[Newbies] Total newb...
mm3 at zepler.net
Tue Oct 14 15:56:33 UTC 2008
For C programmers, another way to look at blocks is that it is like passing
a function pointer, except that instead of specifying the address of a
function that you wrote elsewhere, you just write the text of the function.
On 10/14/08, Ron Teitelbaum <Ron at usmedrec.com> wrote:
> Hi Tony,
> You stumbled on one of the most powerful features of Smalltalk. The Block
> (See BlockContext). Blocks are a contextual memory space. They can be
> passed around and do all sorts of great things that Smalltalk programmers
> take for granted.
> The basic form is  this is a no argument, no code block. Pretty boring
> cause it does nothing.
> A more advanced form is ['hello'] which is a block with a literal string.
> Still pretty boring. But at least you can get the string out of the block
> by aBlock := ['hello']. ^aBlock value.
> A bit more advanced: [:arg | 'Hello ', arg] has an argument.
> Now you can do ^aBlock value: 'Ron'.
> You can have more arguments [:arg1 :arg2 | 'Hello ', arg1, ' ', arg2].
> Now you can do ^aBlock value: self firstName value: self lastName.
> Even more complicated is:
> | isLoggedIn |
> isLoggedIn := true.
> [:arg | 'Hello ', arg, ' you are ', (isLoggedIn ifTrue: [''] ifFalse: ['
> not']), ' logged in']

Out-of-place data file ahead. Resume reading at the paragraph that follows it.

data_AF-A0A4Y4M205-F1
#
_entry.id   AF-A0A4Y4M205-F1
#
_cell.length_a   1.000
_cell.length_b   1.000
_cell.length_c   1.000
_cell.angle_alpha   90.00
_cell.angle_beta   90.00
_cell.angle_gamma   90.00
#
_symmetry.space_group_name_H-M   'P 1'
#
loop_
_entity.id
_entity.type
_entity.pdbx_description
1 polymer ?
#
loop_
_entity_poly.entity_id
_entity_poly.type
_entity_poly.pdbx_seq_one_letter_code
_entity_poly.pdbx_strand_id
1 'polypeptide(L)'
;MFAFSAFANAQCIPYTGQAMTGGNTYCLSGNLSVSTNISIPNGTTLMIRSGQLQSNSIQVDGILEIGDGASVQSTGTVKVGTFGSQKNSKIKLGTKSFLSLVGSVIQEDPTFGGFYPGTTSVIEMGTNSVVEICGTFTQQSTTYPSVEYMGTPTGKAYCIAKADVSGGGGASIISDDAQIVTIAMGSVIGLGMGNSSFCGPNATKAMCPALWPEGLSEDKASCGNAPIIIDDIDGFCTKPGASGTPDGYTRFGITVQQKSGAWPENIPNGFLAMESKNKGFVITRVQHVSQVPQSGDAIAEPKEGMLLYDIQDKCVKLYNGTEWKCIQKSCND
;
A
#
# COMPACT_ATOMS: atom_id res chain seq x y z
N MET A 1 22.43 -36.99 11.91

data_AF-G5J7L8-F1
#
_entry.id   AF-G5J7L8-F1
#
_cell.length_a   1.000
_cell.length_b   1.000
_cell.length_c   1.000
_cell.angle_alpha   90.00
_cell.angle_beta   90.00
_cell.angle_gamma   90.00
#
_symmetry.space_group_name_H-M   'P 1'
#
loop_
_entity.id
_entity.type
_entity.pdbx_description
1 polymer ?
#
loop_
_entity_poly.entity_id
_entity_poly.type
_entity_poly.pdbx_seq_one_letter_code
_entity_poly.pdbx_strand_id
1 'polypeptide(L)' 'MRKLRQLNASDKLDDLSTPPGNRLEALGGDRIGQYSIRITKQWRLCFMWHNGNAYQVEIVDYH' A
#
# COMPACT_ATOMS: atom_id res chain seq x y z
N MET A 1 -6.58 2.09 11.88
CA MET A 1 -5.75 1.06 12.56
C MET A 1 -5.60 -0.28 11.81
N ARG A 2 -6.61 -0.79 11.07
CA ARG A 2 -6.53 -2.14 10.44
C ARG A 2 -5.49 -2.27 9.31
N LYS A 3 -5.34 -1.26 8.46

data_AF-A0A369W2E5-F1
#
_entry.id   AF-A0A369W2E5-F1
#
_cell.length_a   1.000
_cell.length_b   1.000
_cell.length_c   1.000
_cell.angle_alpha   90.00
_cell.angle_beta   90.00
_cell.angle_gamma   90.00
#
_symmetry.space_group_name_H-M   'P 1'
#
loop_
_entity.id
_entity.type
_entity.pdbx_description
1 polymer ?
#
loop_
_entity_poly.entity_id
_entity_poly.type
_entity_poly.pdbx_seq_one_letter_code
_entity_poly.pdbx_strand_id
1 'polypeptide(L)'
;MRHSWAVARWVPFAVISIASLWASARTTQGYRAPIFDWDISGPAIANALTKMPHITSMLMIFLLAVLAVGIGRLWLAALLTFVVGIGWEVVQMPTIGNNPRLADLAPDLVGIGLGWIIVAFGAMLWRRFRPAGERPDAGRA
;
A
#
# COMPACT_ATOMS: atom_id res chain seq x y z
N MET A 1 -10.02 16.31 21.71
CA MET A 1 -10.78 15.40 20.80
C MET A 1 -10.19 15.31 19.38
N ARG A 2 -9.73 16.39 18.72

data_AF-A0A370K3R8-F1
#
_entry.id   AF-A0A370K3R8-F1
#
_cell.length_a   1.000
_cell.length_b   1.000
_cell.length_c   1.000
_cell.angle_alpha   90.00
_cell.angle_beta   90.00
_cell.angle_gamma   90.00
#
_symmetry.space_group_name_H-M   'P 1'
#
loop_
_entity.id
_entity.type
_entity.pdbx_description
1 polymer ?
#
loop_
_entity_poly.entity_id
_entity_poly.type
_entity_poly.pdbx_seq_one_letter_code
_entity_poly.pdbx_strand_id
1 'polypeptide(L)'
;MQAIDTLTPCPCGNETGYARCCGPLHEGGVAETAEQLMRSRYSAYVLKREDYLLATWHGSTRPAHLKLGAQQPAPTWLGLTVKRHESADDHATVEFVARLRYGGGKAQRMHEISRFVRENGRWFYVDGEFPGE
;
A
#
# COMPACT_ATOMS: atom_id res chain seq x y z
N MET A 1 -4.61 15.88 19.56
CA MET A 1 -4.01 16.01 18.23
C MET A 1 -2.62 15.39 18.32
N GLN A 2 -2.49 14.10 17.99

> Now you can do ^aBlock value: 'Ron'. From anywhere and the block remembers
> the context from where it was created. Pretty cool huh.
> The regular select uses a block too:
> self select: [:anItem | anItem isBlue]
> which uses a do that uses a block
> self do: [:anElement |
> aBlock value: anElement) ifTrue ...
> Blocks are certainly a good thing to learn.
> Happy Coding,
> Ron Teitelbaum
> > -----Original Message-----
> > From: beginners-bounces at lists.squeakfoundation.org [mailto:beginners-
> > bounces at lists.squeakfoundation.org] On Behalf Of Tony Giaccone
> > Sent: Tuesday, October 14, 2008 2:12 AM
> > To: beginners at lists.squeakfoundation.org
> > Subject: [Newbies] Total newb...
> > Ok, so I'm really new to smalltalk. I've done a few basic tutorials
> > and have a simple understanding of the syntax. My pervious programing
> > experience is mostly java/C with a bit of Objective C in the mix.
> > I'm trying to figure out how to do what seems like a simple thing.
> > I have a set, I'd like to find out if an object exists in the set.
> > In a general form. Let's use the a relatively simple case.
> > Assume I have classes Rock Paper and Scissors.
> > validHands := Set new.
> > validHands add: Rock new; add Paper new; add Scissors new.
> > Assume I have a player object which responds to the method
> > throwsAHand with an instance of Rock Paper or Scissors.
> > how do I craft
> > validHands contains: aPlayer throwsAHand
> > I know that contains: takes a block, and that this isn't correctly
> > done.. but I'm trying to get the a handle on how to do this.
> > The intent is to return a boolean, that indicates if the object the
> > player threw is in the Set of valid objects that can be thrown.
> > Tony
> > _______________________________________________
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> > Beginners at lists.squeakfoundation.org
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